Outgoing President Mahinda Rajapaksa today conceded defeat to the joint opposition candidate Maithripala Sirisena, who won the presidential poll with 51.3 per cent of the vote according to the official results.

    “Although the campaign was marked by intimidation and attacks primarily against opposition campaigners, it was heartening to see the election day passed largely without violence. This is to the credit of the thousands of courageous election observers who ensured that all Sri Lankans were able to enjoy their right to political participation without fear,” said David Griffiths, Amnesty International’s Deputy Asia Pacific Director.

    “The new government now has an opportunity to usher in a new era of genuine respect for human rights – it is one that must not be missed.”

    In a human rights agenda aimed at the presidential candidates, Amnesty International highlighted seven key issues the new administration must make a priority.

    September 05, 2014

    A landmark order by India’s Supreme Court directing the release of all undertrial prisoners who have spent more than half of the maximum punishment for the crime they are charged with in pre-trial detention should lead to long-term changes to the criminal justice system, Amnesty International India said today  

    “The Supreme Court’s order is inspiring and welcome,” said Divya Iyer, Research Manager at Amnesty International India. “Two out of three prisoners in India are undertrials. Excessive pre-trial detention violates detainees’ right to a fair and speedy trial, and leads to overcrowding in jails.”

    “Releasing eligible undertrials is however only the first step. Authorities need to also set upvarious mechanisms to prevent excessive pre-trial detention in the future. These include proper prison record management, informing undertrials about their rights, better co-ordination to ensure that undertrials attend their court hearings, and improved legal aid.”

    May 22, 2014

    Legislation restricting internationally recognized human rights is still in place in Zimbabwe, one year after the new Constitution was signed into law promising improved civil liberties for all, Amnesty International said today.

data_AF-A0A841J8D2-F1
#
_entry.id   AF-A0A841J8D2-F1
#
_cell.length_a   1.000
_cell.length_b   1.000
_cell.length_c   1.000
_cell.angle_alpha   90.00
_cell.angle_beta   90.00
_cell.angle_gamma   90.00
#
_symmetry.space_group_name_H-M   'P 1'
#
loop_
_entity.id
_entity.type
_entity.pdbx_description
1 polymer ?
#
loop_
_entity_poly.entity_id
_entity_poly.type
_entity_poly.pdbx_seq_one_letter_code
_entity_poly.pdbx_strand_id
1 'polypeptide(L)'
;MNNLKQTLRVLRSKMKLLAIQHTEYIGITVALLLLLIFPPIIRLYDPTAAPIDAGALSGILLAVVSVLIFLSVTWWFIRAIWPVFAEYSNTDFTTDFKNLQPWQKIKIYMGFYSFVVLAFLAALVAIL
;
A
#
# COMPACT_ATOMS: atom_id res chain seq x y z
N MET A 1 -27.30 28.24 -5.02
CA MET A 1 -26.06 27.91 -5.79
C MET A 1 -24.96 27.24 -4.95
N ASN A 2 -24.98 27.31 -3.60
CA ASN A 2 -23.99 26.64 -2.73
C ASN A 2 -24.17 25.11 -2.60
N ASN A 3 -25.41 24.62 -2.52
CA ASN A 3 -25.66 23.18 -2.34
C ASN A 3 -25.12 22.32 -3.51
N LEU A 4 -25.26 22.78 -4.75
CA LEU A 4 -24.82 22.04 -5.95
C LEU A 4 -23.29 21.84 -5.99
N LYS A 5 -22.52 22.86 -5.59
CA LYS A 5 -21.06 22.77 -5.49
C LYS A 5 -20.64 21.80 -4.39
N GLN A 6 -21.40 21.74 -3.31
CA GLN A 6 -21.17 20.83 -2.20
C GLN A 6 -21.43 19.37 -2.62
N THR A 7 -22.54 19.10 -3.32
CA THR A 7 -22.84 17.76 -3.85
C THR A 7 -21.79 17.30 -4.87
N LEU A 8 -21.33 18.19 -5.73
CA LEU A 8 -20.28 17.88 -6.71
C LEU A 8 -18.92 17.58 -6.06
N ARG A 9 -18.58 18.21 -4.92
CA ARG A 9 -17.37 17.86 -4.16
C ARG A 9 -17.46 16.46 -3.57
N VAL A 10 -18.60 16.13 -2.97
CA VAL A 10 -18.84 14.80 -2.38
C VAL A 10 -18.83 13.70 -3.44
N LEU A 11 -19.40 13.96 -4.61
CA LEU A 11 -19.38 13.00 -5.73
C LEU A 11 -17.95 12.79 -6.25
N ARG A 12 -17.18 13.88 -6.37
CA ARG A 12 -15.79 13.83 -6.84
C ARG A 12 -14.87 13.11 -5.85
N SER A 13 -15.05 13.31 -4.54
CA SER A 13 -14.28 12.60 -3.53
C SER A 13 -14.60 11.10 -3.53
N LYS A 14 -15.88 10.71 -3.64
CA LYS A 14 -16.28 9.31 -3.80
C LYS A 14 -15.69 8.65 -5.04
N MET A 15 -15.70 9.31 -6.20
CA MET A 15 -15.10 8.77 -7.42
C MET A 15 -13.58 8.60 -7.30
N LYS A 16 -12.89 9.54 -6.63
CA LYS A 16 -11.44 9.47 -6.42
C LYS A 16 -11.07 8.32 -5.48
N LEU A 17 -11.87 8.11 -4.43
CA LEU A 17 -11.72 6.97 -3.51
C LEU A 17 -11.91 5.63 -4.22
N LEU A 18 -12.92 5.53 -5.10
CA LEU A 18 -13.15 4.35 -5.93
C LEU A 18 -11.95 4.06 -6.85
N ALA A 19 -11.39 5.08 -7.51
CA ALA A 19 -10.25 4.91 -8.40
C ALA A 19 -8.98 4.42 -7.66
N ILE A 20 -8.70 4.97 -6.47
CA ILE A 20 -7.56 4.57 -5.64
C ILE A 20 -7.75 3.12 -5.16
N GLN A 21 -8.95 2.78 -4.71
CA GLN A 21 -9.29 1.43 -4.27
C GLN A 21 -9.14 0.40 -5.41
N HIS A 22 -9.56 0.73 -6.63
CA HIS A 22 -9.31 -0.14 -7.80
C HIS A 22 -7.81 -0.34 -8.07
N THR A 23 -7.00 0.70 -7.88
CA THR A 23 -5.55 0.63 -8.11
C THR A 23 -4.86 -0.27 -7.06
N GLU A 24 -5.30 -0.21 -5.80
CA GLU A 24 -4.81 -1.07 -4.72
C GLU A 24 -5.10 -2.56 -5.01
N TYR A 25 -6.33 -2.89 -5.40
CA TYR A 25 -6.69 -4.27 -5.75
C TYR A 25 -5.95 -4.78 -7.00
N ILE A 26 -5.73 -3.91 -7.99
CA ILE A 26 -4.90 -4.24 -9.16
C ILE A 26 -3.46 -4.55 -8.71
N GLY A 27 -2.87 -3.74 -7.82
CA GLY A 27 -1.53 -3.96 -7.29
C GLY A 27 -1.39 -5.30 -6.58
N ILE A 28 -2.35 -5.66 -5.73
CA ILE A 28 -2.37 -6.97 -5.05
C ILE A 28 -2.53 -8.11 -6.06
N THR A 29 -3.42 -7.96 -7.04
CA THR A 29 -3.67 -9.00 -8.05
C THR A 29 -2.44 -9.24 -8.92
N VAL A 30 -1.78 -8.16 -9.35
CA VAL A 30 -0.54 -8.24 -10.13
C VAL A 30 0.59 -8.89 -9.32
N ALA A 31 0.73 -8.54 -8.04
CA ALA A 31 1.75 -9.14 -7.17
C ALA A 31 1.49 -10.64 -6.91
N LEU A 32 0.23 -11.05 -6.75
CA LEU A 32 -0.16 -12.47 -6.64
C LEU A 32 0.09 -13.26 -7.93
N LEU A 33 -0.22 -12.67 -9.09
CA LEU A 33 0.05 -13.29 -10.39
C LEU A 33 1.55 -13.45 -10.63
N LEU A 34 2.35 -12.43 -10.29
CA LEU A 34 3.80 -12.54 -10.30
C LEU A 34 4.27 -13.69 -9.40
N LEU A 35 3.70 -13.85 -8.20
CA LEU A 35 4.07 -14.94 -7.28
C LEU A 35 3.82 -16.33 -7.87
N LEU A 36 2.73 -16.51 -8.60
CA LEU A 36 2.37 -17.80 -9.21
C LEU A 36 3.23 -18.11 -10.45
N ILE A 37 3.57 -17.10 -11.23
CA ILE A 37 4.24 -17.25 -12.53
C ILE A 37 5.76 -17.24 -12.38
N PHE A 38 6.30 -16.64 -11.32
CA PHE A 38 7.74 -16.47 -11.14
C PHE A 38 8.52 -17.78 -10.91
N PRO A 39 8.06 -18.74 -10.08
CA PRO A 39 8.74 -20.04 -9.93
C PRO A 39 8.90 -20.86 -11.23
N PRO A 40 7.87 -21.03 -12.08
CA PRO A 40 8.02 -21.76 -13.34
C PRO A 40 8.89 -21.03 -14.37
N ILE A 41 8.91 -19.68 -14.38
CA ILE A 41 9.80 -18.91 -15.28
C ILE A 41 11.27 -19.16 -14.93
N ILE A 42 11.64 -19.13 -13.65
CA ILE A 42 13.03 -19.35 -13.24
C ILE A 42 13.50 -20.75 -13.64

“A year ago the people of Zimbabwe were celebrating a new Constitution which promised a much improved Declaration of Rights. Unfortunately, the government has since failed to amend or repeal all the laws rendered unconstitutional and continues to use these laws to repress people exercising their rights in Zimbabwe,” said Deprose Muchena, Amnesty International’s Director of Southern Africa.

    Public order, security and criminal laws are being used to deny people their rights to freedom of expression, association and peaceful assembly, despite guarantees under the new Constitution.

    Amnesty International has documented numerous cases over the last year where meetings or activities have been barred and human rights defenders have been arrested and charged.

    In April alone nearly a dozen demonstrators and community activists were arrested for organizing and taking part in peaceful protests in Masvingo.

    March 19, 2014

    Mexico must put into action the promises it makes to the United Nations Human Rights Council tomorrow if it is to address the dire human rights situation in the country, Amnesty International said today.

    “Effective long-lasting measures have to be taken to address ongoing patterns of disappearances, torture, arbitrary detentions as well as routine attacks on men and women defending human rights, journalists and migrants. Mexico must not fail again to uphold its commitments to the international community,” said Salil Shetty, Amnesty International’s Secretary General.